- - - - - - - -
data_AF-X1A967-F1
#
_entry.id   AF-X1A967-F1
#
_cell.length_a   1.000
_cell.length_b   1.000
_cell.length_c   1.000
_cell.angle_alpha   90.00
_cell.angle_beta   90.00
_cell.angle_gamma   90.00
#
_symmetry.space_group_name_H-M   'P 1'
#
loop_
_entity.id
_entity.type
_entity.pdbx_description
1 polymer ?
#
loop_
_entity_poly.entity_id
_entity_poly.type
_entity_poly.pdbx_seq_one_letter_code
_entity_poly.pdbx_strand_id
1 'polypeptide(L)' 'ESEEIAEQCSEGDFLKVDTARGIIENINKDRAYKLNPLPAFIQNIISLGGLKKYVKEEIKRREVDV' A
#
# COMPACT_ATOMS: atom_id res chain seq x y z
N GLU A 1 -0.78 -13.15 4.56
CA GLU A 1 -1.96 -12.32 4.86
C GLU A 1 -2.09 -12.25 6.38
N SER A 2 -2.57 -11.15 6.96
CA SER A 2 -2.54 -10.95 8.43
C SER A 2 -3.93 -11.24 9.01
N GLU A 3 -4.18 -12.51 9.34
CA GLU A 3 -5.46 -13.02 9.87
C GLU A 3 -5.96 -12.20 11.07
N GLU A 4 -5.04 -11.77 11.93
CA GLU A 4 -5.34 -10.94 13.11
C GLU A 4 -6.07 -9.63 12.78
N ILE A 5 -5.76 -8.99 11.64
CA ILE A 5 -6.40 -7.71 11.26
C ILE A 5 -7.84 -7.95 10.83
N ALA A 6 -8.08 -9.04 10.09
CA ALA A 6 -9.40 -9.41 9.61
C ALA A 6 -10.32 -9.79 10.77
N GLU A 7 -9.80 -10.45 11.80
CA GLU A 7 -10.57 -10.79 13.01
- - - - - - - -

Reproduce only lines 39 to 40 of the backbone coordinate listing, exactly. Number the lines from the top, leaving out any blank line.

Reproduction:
C GLU A 4 -6.07 -9.63 12.78
N ILE A 5 -5.76 -8.99 11.64